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'[PIC]:How to do 24bit Signed Addition/Substration '
2001\04\01@143611
by
James Lee Williams
Hello,
Can someone please tell be how I can do signed 24bit fixed point
addition and substration of the PIC micro controllers. Everything that
I have seen is for unsigned addition and substraction. At the moment,
for subtraction, I compliment the result if the carry is clear on the
last subtract of the highest byte. (Meaning it had to borrow.). This
seems to give me the correct result, but I don't know if it is the best
or most efficient way to do it for subtraction.
Regards,
James

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2001\04\01@180457
by
Olin Lathrop
2001\04\01@185754
by
James Lee Williams

Actually it would matter when adding a positive integer with a negative
interger. For example,
If I where to take this equation x1x2 > x_destination.
Let x1 = 15 OR 0x000F
Let x2 = 105 OR 0x0069

If I didn't handle signed math, the result of this operation would be:
FFA6 which is 65446 in decimal form. This is clearly not the result of
this subtraction operation.
In order for me to get the correct result I have to decriment the result
if the carry bit is cleared for each of the two bytes. Indicating a
negative result. Then, I compliment the result in both low and upper
bytes. This yields me a 90 result and a signe of negative. This is the
correct result. Then, I IOR the MSB bit with one to indicate negative.
Again, to illustrate the difference between signed and unsigned would be
in simple addition. 5 + 10.
Let x1 = 10 (0000000000001010) or 0x000A
Let x2 =  5(1000000000000101) or 0x8005

Simple adding these would give the following result.
0x800F OR (1000000000001111).
Now when we remove the sign bit to obtain the actual value we get
0x000F, which is clearly not the result of 10 + (5).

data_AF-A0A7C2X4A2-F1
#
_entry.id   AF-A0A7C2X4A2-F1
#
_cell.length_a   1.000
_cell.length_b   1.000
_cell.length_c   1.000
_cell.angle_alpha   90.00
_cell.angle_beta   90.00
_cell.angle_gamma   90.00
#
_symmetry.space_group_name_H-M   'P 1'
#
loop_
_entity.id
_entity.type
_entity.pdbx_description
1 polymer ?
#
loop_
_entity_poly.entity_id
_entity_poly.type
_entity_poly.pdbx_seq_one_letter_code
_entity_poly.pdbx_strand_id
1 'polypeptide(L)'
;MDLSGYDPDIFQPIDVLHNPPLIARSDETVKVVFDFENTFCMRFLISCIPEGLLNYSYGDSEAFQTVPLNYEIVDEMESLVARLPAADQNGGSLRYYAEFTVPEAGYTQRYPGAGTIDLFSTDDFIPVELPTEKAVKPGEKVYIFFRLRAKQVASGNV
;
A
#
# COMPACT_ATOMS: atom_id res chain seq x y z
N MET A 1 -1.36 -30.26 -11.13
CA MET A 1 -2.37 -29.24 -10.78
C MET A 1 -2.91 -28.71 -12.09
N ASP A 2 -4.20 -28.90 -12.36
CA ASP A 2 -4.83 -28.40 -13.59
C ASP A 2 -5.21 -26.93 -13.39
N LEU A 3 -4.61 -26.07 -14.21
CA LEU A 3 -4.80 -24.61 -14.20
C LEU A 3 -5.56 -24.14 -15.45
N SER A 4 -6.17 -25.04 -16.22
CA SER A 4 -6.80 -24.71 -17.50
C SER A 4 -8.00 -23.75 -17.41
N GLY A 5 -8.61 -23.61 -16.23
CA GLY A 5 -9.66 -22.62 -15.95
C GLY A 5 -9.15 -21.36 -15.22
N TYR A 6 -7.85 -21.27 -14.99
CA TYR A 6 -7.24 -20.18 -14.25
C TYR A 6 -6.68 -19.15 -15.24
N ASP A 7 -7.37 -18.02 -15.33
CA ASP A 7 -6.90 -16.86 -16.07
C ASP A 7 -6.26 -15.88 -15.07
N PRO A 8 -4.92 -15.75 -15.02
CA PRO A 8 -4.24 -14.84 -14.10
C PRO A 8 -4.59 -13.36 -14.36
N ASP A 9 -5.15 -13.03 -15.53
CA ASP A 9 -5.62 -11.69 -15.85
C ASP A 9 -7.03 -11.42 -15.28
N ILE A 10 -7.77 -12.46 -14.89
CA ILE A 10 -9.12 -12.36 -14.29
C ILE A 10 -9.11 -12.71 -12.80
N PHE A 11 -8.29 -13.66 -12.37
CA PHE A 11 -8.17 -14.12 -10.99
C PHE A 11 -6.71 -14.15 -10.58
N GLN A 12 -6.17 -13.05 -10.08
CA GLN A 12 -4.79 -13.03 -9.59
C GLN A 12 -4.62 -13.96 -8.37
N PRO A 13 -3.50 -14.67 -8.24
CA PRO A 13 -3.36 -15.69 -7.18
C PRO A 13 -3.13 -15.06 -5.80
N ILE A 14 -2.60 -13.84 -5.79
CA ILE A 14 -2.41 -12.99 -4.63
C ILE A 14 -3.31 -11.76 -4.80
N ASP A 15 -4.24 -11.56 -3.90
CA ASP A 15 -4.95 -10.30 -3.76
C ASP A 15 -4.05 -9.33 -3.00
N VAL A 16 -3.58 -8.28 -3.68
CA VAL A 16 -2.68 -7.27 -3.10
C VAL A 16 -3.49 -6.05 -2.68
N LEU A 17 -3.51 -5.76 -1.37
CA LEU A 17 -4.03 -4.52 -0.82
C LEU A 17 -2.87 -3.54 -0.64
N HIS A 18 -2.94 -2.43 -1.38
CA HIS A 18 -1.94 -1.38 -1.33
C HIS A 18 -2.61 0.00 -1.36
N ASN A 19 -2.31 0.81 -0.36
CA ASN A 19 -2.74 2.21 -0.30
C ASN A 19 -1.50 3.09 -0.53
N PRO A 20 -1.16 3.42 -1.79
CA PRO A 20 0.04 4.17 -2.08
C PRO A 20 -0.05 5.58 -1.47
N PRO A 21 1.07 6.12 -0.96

So in short, the mechanics is not the same. There is definiatel some
special handling that has to take place to work with signed integers.
Regards,
James
{Original Message removed}
2001\04\01@194206
by
Bob Ammerman
Your problem is that you are using a sign+magnitude representation for the
numbers. Nearly all modern computers use a twoscomplement notation for
integers. Twoscomplement has the advantage that you can ignore the signs of
the numbers and just treat them as positive. (as long as you don't overflow
the range of representable values).
(tho' sign+magnitude+exponent is the method of choice for floating point)
Bob Ammerman
RAm Systems
(contract development of high performance, high function, lowlevel
software)

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2001\04\01@201615
by
James Lee Williams

So, you are saying that I can just use a flat ADD_24 through byte
carries reguard of the fact that one might be positive and one negative;
and the result would be the same as, I illustrated before?
All of my values will be positive until I try to subtract x1 from x2.
This cause it to go to negative. Let me show you what my algorithm
looks like in c:
What is know is that x1,y1 and x2,y2 will always be positive.
Let x1 and y1 be the current position.
void MoveTo(x2,y2)
{
int y1,y2
int deltax = x2x1;
int deltay = y2y1;
//incredment or decrement direction of motion.
bool bIncX,bIncY;
if(deltax > 0)bIncX = true;
else bIncX = false;
if(deltay > 0)bIncY = true;
else bIncY = false;
if(deltax < 0) deltax = deltax;
if(deltay < 0) deltay = deltay;
int ax = << deltax;
int ay = << deltay;
int decx,decy;
//Now begin Bresenham Move
if(deltay > deltax)
{
for(decy=aydeltax;/**/;decy +=ay)
{
if(bIncX) x1++;
else x1;
StepXY(x1,y1);
if(x1==x2) break;
if(decy >= 0)
{
decy = ax;
if(bIncY)y1++;
else y1;
}
}
}
else
{
for(decx=axdeltay;/**/;decx +=ax)
{
if(bIncY) y1++;
else y1;
StepXY(x1,y1);
if(y1==y2) break;
if(decx >= 0)
{
decx = ay;
if(bIncY)x1++;
else x1;
}
}
}
{Original Message removed}
2001\04\02@073245
by
Bob Ammerman

>So, you are saying that I can just use a flat ADD_24 through byte
>carries reguard of the fact that one might be positive and one negative;
>and the result would be the same as, I illustrated before?
Yes, as long as you consistently treat the numbers as 2's complement and you